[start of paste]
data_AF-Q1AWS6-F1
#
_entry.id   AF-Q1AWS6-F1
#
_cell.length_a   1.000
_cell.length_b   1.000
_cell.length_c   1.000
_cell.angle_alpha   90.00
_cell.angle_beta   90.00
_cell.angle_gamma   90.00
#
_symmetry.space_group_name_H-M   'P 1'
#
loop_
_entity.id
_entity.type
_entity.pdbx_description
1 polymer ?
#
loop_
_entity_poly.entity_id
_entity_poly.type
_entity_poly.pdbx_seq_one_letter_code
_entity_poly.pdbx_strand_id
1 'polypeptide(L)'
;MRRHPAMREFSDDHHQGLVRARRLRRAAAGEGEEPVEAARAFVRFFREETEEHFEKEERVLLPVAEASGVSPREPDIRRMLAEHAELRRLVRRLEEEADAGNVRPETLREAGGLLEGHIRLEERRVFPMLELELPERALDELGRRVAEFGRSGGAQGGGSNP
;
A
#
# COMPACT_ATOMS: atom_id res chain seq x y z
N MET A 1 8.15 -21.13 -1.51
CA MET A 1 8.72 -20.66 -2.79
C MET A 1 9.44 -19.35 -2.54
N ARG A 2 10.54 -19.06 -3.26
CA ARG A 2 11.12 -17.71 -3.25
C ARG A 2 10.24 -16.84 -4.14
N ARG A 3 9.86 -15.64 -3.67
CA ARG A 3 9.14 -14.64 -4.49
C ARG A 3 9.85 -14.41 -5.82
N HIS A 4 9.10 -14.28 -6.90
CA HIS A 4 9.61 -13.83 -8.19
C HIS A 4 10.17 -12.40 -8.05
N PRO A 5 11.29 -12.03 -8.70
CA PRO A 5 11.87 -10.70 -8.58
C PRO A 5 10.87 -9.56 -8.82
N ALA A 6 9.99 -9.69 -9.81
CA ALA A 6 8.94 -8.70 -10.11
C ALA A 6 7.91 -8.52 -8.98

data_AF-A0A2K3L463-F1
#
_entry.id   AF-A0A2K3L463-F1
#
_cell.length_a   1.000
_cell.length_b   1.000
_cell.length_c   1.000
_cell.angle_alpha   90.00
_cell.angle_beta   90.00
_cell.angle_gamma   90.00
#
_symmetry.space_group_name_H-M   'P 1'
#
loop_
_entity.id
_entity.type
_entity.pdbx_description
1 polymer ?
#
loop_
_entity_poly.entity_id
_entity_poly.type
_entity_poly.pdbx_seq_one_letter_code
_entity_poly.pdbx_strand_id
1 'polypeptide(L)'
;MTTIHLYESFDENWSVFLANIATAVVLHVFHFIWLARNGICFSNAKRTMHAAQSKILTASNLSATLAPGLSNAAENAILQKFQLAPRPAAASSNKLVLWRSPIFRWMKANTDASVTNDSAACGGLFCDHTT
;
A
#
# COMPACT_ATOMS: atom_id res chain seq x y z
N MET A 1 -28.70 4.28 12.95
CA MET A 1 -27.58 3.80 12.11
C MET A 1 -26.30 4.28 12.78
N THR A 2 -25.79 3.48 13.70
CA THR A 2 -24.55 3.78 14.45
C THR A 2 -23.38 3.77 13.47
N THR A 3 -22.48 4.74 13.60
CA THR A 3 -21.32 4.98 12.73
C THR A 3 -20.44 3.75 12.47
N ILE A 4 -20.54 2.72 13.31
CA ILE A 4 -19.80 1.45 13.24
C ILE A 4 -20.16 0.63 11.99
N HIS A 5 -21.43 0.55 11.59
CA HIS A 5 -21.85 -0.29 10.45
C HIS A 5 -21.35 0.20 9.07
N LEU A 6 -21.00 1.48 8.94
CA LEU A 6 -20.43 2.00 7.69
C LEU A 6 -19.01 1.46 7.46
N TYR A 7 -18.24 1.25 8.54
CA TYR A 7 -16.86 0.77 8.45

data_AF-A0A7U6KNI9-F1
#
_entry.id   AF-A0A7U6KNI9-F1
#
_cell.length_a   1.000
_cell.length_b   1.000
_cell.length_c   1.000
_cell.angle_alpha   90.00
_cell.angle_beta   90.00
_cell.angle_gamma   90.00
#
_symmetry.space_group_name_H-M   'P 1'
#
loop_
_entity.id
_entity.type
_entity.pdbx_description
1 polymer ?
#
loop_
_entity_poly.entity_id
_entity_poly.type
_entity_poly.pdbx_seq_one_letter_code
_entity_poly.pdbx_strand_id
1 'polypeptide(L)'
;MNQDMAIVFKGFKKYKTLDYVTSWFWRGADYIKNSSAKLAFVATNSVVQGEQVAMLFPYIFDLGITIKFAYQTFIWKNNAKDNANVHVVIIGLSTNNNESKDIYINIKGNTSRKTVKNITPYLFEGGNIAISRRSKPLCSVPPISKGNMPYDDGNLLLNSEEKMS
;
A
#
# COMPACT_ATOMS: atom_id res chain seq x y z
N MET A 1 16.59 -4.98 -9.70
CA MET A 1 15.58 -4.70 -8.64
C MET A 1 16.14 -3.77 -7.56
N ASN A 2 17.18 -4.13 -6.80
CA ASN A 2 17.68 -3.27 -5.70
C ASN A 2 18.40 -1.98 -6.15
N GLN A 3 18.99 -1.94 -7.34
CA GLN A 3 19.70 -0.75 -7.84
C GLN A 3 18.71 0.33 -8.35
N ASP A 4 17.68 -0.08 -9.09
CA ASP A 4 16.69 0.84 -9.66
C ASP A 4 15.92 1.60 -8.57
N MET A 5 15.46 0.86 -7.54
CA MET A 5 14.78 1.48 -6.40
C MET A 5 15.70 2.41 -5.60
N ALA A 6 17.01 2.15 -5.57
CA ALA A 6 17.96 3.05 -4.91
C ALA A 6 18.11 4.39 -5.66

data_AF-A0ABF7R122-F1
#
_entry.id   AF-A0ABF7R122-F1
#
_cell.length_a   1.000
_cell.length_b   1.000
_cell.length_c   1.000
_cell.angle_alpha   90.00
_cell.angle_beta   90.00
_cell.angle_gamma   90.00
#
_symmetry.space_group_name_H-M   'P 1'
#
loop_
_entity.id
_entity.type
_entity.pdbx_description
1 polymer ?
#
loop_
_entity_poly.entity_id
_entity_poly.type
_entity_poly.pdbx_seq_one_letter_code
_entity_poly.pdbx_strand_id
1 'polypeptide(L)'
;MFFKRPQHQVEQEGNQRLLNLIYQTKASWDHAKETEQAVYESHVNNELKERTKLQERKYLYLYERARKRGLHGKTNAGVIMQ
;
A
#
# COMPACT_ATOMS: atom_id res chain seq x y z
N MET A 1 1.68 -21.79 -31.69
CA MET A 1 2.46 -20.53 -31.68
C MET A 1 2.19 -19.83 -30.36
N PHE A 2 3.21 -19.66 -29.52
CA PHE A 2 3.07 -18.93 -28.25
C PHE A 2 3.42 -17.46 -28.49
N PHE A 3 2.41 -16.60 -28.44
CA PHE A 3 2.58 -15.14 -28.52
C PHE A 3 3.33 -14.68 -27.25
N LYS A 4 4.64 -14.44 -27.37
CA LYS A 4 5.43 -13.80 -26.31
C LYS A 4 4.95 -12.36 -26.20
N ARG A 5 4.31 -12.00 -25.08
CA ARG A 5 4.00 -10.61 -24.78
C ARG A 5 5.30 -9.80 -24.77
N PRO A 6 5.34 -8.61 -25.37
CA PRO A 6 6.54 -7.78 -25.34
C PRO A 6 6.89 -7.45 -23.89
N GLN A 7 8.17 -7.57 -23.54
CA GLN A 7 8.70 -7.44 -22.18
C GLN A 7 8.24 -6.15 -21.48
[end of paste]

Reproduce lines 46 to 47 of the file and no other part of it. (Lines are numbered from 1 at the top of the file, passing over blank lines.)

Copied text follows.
N ALA A 6 9.99 -9.69 -9.81
CA ALA A 6 8.94 -8.70 -10.11